Lighthizer: China's Trade Abuses Continue Despite US Warnings

It almost seems like the White House is trying to push stocks further into the red.

Barely two hours after all three US equity benchmarks turned red for the year, White House Trade Representative Robert Lightizer has released an update to a section 301 report in which he accuses China of pressing ahead with some of its more egregious trade abuses - specifically, IP theft - ignoring repeated warnings from the Trump Administration.

The update was made to a report initially released in March, before the administration moved forward with its tariffs on aluminum and steel.


Stock futures ticked lower on the headline.


The update clearly plays down the chances of any notable progress when President Trump meets with Chinese President Xi Jinping on the sidelines of the G-20 in Buenos Aires.

"This update shows that China has not fundamentally altered its unfair, unreasonable, and market-distorting practices that were the subject of the March 2018 report on our Section 301 investigation," Lighthizer said.

Despite repeated U.S. engagement efforts and international admonishments of its trade technology transfer policies, China did not respond constructively and failed to take any substantive actions to address U.S. concerns."

The US has reportedly been pushing China to agree to a general framework ahead of the informal G-20 summit. If no progress is made, it's likely that the US will increase tariffs on Chinese goods and possibly introduce tariffs on the $200 billion+ Chinese imports that haven't already been covered.

In another exercise in sending contradicting signals, economic advisor Larry Kudlow assured investors that talks with China were ongoing at "all levels". Kudlow's reassurances came after Vice President Mike Pence (once again) abused China  over the weekend at APEC. When Pete Navarro warned Wall Street not to interfere as Trump would succeed in securing a deal with China "on his terms" because the US has more leverage. But Navarro was swiftly reprimanded by Kudlow and the White House.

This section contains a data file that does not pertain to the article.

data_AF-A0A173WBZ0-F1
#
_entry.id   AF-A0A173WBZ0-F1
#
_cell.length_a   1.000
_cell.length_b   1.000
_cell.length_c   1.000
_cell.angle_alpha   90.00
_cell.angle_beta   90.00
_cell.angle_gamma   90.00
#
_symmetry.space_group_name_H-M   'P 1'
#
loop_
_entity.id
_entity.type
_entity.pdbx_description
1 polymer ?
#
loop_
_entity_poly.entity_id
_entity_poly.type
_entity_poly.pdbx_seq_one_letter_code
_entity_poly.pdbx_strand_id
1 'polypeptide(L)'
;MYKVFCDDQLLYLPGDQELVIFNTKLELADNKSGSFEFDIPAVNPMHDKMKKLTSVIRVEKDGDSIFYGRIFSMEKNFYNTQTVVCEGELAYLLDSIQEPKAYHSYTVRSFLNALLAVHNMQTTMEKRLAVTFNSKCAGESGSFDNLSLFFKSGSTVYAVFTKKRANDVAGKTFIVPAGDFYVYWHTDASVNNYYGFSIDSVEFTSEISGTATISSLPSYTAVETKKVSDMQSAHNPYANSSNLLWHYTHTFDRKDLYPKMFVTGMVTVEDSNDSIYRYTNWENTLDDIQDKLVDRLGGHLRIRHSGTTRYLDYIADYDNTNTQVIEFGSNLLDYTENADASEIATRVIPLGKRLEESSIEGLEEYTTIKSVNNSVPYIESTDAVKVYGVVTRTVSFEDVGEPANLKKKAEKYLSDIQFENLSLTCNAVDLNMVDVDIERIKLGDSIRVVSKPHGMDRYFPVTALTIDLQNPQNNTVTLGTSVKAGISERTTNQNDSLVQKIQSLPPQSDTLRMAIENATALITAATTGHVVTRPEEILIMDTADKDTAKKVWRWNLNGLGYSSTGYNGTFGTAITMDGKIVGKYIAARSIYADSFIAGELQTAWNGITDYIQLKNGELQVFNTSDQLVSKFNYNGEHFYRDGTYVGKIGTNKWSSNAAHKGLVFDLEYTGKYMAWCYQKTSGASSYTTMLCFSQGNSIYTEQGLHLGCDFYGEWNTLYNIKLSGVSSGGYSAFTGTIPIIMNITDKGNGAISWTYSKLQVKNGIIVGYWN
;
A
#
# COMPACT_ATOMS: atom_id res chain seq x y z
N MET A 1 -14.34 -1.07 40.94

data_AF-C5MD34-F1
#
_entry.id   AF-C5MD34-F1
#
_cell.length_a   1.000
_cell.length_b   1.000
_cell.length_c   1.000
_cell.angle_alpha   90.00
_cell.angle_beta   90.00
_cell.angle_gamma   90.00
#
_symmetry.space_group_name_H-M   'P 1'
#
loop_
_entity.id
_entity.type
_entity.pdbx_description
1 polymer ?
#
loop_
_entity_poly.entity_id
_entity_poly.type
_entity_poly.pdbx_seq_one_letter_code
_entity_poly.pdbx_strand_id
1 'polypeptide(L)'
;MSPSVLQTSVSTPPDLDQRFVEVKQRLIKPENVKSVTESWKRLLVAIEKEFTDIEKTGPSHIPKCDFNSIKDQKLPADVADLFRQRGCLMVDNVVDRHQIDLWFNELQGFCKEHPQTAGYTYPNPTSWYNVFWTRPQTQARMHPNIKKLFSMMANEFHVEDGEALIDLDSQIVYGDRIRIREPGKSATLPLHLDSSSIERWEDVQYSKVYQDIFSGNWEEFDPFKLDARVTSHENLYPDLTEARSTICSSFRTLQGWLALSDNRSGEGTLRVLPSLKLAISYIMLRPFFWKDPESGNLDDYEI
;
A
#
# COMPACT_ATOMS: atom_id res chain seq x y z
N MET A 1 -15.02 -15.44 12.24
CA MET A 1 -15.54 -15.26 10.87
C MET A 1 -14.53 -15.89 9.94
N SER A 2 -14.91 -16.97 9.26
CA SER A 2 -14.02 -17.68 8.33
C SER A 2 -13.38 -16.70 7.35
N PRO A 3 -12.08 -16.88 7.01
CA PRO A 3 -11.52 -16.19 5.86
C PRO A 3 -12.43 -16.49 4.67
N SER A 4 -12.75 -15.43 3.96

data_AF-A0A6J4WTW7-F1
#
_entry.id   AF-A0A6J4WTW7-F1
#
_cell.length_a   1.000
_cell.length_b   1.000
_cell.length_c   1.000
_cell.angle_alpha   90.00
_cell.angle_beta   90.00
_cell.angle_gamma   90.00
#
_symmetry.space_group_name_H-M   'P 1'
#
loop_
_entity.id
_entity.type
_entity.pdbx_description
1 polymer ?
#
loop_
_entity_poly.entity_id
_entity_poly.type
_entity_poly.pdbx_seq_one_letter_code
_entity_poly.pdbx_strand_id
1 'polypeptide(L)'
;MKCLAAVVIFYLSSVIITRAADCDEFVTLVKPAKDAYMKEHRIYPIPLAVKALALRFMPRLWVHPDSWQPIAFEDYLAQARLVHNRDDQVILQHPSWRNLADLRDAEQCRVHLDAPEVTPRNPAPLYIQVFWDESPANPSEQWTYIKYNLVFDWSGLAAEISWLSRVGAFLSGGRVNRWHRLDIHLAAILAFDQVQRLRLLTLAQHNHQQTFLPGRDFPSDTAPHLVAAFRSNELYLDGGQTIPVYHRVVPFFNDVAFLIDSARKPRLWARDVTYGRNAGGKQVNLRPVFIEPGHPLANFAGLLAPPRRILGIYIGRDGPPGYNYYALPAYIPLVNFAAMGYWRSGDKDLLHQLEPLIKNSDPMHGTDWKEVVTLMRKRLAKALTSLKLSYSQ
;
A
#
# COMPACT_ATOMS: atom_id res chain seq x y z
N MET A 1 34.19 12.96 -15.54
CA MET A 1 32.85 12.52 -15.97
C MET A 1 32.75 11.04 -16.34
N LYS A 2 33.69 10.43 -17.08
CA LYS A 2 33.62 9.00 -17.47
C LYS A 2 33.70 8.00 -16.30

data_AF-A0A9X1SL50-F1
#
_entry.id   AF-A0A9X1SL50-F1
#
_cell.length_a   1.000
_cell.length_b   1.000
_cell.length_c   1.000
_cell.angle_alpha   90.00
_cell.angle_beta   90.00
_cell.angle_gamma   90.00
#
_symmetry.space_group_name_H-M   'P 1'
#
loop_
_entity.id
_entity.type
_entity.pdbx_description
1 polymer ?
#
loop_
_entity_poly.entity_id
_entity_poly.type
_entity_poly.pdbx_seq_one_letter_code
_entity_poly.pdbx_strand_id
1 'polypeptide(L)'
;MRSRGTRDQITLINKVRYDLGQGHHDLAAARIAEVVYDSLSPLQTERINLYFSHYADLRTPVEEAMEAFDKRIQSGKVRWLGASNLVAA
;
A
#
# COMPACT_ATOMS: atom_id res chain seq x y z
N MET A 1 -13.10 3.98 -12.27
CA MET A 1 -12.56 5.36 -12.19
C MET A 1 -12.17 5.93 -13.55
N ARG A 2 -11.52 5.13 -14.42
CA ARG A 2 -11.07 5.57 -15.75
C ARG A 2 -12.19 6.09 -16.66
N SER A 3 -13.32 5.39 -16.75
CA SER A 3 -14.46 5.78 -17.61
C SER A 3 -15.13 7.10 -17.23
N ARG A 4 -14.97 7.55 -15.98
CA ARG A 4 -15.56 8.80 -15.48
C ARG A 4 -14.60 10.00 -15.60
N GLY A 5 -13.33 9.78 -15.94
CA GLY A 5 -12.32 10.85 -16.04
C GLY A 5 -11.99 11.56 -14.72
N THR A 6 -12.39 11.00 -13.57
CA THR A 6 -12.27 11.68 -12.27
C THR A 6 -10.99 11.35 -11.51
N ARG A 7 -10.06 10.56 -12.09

The upshot of all this is that, while Kudlow and Treasury Secretary Steven Mnuchin have played good cop, Navarro, Lighthizer and Pence have played bad cop. Meanwhile, Trump has persistently played toward the middle, praising Chinese President Xi Jinping and repeatedly talking up the possibility of a deal - but warning that any deal must be in the US's interest, and that China must end its predatory IP practices, cyberespionage and government support of industry (most notably tied to its Made in China 2025 initiative).

With all of these conflicting messages, China is probably having some trouble parsing where the administration stands. Even members of the Trump Administration are probably having trouble with this as well.

This confusion doesn't bode well for any progress in Buenos Aires.

Read the full report below:

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